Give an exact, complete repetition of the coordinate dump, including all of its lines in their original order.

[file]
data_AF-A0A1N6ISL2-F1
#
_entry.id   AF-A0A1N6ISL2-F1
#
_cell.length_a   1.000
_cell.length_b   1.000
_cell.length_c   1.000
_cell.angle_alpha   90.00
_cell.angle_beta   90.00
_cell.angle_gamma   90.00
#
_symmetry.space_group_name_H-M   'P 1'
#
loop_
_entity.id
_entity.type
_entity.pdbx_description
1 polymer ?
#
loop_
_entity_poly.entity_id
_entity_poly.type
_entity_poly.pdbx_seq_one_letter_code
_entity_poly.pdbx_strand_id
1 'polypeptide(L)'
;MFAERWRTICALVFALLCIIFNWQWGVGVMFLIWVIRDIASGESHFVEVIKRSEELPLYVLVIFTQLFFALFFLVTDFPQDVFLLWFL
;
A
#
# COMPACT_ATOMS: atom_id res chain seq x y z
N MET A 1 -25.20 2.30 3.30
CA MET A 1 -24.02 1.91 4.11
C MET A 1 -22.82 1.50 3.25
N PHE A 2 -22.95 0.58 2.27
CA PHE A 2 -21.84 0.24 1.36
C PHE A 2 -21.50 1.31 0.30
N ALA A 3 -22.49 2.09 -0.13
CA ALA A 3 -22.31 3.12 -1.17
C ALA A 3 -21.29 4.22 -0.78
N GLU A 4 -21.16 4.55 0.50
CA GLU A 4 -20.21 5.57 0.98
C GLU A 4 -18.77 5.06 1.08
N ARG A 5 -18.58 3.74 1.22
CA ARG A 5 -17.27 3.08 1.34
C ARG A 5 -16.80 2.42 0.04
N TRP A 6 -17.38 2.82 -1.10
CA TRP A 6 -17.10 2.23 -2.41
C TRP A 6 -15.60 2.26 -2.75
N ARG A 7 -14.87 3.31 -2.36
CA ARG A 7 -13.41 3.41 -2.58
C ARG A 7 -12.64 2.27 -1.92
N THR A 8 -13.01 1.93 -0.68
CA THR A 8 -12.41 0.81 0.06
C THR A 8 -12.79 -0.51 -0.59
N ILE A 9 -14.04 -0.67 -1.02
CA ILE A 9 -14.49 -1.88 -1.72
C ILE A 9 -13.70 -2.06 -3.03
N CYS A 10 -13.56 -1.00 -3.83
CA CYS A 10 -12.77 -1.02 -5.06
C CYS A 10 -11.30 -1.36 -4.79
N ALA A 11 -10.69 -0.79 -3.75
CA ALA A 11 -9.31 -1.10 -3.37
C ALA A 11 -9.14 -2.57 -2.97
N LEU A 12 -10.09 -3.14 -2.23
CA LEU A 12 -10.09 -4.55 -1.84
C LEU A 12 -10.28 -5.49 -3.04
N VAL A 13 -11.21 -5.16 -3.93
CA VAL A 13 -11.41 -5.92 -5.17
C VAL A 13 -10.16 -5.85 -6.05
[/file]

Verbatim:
data_AF-A0A1N6ISL2-F1
#
_entry.id   AF-A0A1N6ISL2-F1
#
_cell.length_a   1.000
_cell.length_b   1.000
_cell.length_c   1.000
_cell.angle_alpha   90.00
_cell.angle_beta   90.00
_cell.angle_gamma   90.00
#
_symmetry.space_group_name_H-M   'P 1'
#
loop_
_entity.id
_entity.type
_entity.pdbx_description
1 polymer ?
#
loop_
_entity_poly.entity_id
_entity_poly.type
_entity_poly.pdbx_seq_one_letter_code
_entity_poly.pdbx_strand_id
1 'polypeptide(L)'
;MFAERWRTICALVFALLCIIFNWQWGVGVMFLIWVIRDIASGESHFVEVIKRSEELPLYVLVIFTQLFFALFFLVTDFPQDVFLLWFL
;
A
#
# COMPACT_ATOMS: atom_id res chain seq x y z
N MET A 1 -25.20 2.30 3.30
CA MET A 1 -24.02 1.91 4.11
C MET A 1 -22.82 1.50 3.25
N PHE A 2 -22.95 0.58 2.27
CA PHE A 2 -21.84 0.24 1.36
C PHE A 2 -21.50 1.31 0.30
N ALA A 3 -22.49 2.09 -0.13
CA ALA A 3 -22.31 3.12 -1.17
C ALA A 3 -21.29 4.22 -0.78
N GLU A 4 -21.16 4.55 0.50
CA GLU A 4 -20.21 5.57 0.98
C GLU A 4 -18.77 5.06 1.08
N ARG A 5 -18.58 3.74 1.22
CA ARG A 5 -17.27 3.08 1.34
C ARG A 5 -16.80 2.42 0.04
N TRP A 6 -17.38 2.82 -1.10
CA TRP A 6 -17.10 2.23 -2.41
C TRP A 6 -15.60 2.26 -2.75
N ARG A 7 -14.87 3.31 -2.36
CA ARG A 7 -13.41 3.41 -2.58
C ARG A 7 -12.64 2.27 -1.92
N THR A 8 -13.01 1.93 -0.68
CA THR A 8 -12.41 0.81 0.06
C THR A 8 -12.79 -0.51 -0.59
N ILE A 9 -14.04 -0.67 -1.02
CA ILE A 9 -14.49 -1.88 -1.72
C ILE A 9 -13.70 -2.06 -3.03
N CYS A 10 -13.56 -1.00 -3.83
CA CYS A 10 -12.77 -1.02 -5.06
C CYS A 10 -11.30 -1.36 -4.79
N ALA A 11 -10.69 -0.79 -3.75
CA ALA A 11 -9.31 -1.10 -3.37
C ALA A 11 -9.14 -2.57 -2.97
N LEU A 12 -10.09 -3.14 -2.23
CA LEU A 12 -10.09 -4.55 -1.84
C LEU A 12 -10.28 -5.49 -3.04
N VAL A 13 -11.21 -5.16 -3.93
CA VAL A 13 -11.41 -5.92 -5.17
C VAL A 13 -10.16 -5.85 -6.05